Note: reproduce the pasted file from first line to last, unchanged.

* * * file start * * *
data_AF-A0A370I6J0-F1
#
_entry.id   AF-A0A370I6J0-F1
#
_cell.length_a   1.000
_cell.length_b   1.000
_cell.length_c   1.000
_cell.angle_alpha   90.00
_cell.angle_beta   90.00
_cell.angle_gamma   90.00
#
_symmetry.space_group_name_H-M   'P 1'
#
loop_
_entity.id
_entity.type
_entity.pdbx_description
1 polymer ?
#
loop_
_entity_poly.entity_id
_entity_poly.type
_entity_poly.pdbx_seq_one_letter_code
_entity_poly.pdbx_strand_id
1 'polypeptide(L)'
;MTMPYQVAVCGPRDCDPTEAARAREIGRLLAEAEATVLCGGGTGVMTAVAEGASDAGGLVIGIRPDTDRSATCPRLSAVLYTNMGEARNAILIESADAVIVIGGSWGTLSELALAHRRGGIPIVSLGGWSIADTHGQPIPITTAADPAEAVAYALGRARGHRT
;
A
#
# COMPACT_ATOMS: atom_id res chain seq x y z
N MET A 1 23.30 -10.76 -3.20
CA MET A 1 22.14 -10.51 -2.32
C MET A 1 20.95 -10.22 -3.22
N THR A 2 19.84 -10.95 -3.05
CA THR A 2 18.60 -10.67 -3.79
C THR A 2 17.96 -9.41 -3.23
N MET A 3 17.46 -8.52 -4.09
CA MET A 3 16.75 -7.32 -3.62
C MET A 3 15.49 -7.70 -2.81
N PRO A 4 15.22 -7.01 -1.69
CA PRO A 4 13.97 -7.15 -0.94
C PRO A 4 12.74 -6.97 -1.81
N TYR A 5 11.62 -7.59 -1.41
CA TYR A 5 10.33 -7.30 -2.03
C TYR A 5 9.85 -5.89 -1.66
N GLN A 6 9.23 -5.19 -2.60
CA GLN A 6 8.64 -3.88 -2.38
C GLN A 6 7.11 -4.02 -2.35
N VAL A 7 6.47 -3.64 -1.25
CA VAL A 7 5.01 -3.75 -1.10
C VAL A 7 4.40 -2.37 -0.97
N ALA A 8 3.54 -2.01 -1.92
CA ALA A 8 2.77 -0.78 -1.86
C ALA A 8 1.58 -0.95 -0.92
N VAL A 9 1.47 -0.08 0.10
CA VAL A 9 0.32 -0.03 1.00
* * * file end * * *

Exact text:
data_AF-A0A370I6J0-F1
#
_entry.id   AF-A0A370I6J0-F1
#
_cell.length_a   1.000
_cell.length_b   1.000
_cell.length_c   1.000
_cell.angle_alpha   90.00
_cell.angle_beta   90.00
_cell.angle_gamma   90.00
#
_symmetry.space_group_name_H-M   'P 1'
#
loop_
_entity.id
_entity.type
_entity.pdbx_description
1 polymer ?
#
loop_
_entity_poly.entity_id
_entity_poly.type
_entity_poly.pdbx_seq_one_letter_code
_entity_poly.pdbx_strand_id
1 'polypeptide(L)'
;MTMPYQVAVCGPRDCDPTEAARAREIGRLLAEAEATVLCGGGTGVMTAVAEGASDAGGLVIGIRPDTDRSATCPRLSAVLYTNMGEARNAILIESADAVIVIGGSWGTLSELALAHRRGGIPIVSLGGWSIADTHGQPIPITTAADPAEAVAYALGRARGHRT
;
A
#
# COMPACT_ATOMS: atom_id res chain seq x y z
N MET A 1 23.30 -10.76 -3.20
CA MET A 1 22.14 -10.51 -2.32
C MET A 1 20.95 -10.22 -3.22
N THR A 2 19.84 -10.95 -3.05
CA THR A 2 18.60 -10.67 -3.79
C THR A 2 17.96 -9.41 -3.23
N MET A 3 17.46 -8.52 -4.09
CA MET A 3 16.75 -7.32 -3.62
C MET A 3 15.49 -7.70 -2.81
N PRO A 4 15.22 -7.01 -1.69
CA PRO A 4 13.97 -7.15 -0.94
C PRO A 4 12.74 -6.97 -1.81
N TYR A 5 11.62 -7.59 -1.41
CA TYR A 5 10.33 -7.30 -2.03
C TYR A 5 9.85 -5.89 -1.66
N GLN A 6 9.23 -5.19 -2.60
CA GLN A 6 8.64 -3.88 -2.38
C GLN A 6 7.11 -4.02 -2.35
N VAL A 7 6.47 -3.64 -1.25
CA VAL A 7 5.01 -3.75 -1.10
C VAL A 7 4.40 -2.37 -0.97
N ALA A 8 3.54 -2.01 -1.92
CA ALA A 8 2.77 -0.78 -1.86
C ALA A 8 1.58 -0.95 -0.92
N VAL A 9 1.47 -0.08 0.10
CA VAL A 9 0.32 -0.03 1.00